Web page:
Spectrals - Sob Story

7/10

There’s hardly any shortage of nostalgic pop records these days, but Spectrals’ first proper release, the seven-track Extended Play back in 2010, was one of the better ones I’ve heard in recent years. Whether it was Louis Jones’ dulcet Yorkshire tones or his sharp ear for melody, he produced a collection of wonderfully catchy love songs, tinged with surf pop, that earned him a deal with Wichita and boded well for future releases. His first full-length, Bad Penny, served as a selection of bite-size pop jams, with a handful of real gems alongside a few tracks that didn’t really benefit from the record’s more expansive guitar work.

Jones has toured with pretty much everyone who’s anyone in alternative guitar pop terms; Real Estate, Wavves, Best Coast and Girls all spring to mind, with the now-defunct latter the most noteworthy – bassist Chet White took on production duties on this sophomore Spectrals effort. The sunnier climes that Sob Story was recorded in – at White’s studio in San Francisco – have had an obvious effect on its disposition; on opener ‘Let Me Cave In’, a simmering opening gives way to racing drums and bouncy guitars, while ‘Blue Whatever’ and ‘Gentle’ are in the traditional Spectrals mould, but with chirpier guitar work than we’ve heard before.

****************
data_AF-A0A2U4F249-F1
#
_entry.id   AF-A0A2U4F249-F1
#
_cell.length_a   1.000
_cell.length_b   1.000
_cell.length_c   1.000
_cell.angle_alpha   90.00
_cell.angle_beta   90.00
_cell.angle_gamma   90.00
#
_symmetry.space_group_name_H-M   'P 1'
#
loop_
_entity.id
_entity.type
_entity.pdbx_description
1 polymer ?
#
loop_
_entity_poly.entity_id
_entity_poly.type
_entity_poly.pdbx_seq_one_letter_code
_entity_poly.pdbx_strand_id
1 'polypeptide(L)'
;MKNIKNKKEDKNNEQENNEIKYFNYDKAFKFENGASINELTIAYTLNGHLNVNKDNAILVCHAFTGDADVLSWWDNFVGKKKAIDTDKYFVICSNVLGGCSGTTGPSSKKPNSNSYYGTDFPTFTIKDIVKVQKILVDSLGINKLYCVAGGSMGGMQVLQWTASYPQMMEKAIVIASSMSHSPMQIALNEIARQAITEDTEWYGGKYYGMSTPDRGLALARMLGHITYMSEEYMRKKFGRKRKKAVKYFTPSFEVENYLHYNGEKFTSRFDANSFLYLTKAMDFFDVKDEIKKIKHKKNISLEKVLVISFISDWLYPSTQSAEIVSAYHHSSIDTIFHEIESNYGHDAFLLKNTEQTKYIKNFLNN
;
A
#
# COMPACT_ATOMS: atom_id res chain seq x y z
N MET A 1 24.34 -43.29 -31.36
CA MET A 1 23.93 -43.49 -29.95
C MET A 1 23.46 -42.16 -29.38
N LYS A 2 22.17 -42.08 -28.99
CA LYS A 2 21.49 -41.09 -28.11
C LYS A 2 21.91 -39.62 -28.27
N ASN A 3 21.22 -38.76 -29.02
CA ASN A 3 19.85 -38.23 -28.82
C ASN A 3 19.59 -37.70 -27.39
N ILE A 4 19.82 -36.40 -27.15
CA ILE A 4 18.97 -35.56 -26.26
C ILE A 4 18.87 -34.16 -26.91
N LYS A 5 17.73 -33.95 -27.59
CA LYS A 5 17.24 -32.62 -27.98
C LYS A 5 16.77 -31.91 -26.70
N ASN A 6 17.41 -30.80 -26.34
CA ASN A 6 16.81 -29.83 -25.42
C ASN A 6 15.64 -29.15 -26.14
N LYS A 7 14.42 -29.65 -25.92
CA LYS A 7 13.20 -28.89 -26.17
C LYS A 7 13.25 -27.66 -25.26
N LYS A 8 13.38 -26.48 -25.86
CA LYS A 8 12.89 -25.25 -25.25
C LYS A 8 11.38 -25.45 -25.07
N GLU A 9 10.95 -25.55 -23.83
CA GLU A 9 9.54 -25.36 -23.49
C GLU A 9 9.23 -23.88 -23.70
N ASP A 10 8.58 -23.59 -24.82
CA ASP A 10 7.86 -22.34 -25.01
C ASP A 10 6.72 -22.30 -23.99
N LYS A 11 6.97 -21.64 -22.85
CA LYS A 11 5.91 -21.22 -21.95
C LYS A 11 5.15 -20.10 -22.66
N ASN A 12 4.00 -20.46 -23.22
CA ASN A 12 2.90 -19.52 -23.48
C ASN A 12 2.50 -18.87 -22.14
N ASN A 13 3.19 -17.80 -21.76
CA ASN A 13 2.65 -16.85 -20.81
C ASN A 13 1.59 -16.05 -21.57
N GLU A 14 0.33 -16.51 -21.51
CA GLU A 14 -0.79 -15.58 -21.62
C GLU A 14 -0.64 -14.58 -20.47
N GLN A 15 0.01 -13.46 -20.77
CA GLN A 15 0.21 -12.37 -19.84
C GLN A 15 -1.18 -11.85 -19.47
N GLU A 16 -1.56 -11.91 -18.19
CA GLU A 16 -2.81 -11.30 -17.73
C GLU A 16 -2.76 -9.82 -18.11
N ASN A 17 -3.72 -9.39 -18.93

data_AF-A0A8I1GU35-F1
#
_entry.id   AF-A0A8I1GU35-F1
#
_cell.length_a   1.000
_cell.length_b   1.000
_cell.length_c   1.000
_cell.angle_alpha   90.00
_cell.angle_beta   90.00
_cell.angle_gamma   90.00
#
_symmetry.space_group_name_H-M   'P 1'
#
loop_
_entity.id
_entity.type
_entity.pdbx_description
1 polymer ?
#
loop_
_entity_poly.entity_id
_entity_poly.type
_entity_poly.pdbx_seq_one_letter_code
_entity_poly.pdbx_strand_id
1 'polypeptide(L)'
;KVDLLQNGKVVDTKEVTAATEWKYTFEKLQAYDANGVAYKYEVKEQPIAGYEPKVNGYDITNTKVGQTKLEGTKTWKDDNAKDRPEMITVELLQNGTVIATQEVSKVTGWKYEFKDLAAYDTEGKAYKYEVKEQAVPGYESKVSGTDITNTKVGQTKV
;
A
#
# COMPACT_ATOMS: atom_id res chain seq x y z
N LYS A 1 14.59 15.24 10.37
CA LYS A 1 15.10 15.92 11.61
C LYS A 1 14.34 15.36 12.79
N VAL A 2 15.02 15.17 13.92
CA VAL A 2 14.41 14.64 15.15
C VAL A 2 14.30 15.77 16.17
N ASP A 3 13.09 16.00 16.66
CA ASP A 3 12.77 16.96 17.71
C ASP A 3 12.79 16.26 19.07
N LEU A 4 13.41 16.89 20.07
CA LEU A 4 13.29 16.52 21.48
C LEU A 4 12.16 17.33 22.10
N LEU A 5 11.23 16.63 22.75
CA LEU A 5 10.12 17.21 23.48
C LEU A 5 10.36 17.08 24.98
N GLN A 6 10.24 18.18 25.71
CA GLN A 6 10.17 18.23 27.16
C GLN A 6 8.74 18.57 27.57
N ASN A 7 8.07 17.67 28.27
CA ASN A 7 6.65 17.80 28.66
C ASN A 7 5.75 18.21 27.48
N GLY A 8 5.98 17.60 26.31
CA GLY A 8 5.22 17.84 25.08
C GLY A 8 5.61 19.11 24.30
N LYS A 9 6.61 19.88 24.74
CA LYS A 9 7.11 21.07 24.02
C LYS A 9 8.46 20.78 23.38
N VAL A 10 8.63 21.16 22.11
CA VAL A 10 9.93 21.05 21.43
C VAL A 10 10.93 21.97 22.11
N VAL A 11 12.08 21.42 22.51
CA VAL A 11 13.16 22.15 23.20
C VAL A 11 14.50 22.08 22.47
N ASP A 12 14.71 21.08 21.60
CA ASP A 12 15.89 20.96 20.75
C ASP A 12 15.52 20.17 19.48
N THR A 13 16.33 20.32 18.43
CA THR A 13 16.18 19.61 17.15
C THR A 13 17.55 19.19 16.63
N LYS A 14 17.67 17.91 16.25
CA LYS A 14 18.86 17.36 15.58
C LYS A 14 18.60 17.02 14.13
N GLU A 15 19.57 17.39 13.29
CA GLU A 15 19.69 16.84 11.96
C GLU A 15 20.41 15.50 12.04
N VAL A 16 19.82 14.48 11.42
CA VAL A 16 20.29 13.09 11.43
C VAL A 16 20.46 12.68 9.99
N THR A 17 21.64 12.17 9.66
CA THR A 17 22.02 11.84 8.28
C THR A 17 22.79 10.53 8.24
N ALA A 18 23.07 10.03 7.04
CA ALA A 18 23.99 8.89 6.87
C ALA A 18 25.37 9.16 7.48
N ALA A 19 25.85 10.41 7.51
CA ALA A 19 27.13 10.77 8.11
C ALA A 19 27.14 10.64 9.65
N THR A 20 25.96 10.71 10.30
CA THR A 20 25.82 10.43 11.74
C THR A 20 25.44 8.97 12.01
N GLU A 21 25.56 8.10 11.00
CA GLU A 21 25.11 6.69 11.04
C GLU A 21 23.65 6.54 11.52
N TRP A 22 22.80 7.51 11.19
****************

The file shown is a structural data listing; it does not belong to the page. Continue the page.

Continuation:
What’s probably most striking about Sob Story is the manner in which Jones has sought to diversify his influences. Lead single ‘A Heartbeat Behind’ is pure 50s Americana – hardly a surprising move, given Jones’ retro-pop tendencies – but it’s followed by ‘Karaoke’, which features some Reni-esque funk drumming to underscore the playful refrain of “I don’t think I was really cut out for this.” The stormy ‘Milky Way’ is probably the album’s single biggest departure; distorted vocals and fluctuating guitars combine to create something that borders on the psychedelic. Eerie closer ‘In a Bad Way’ is a less successful attempt at something different; a lingering guitar line, tinged with ghostly wurlitzer, backs Jones’ almost moaned vocals to provide a bizarre close to the record.

There’s throwbacks to the Spectrals of old, too; on Bad Penny, things were kept as tight as possible, with only a couple of tracks topping three minutes, but the title track here, a yearning slow-burner, is a spiritual successor to Extended Play highlight ‘I Ran With Love but I Couldn’t Keep Up’, whilst the understated ‘Friend Zone’ is another step away from that last album’s sharp pop. There’s also a new, and slightly-overproduced, version of old cut ‘Keep Your Magic Out of My House’.

Any record as flat-out nostalgic as Sob Story  is hardly going to push the musical envelope, but Spectrals having signed with a label that carries as much prestige as Wichita is surely proof that there will always be room for good pop music. This certainly won’t be the most original album you’ll hear this year, but it will be one of the most charming, and the rate at which Jones is managing to churn out quality pop songs bodes well for the future, and means you can forgive him Sob Story‘s occasional misstep.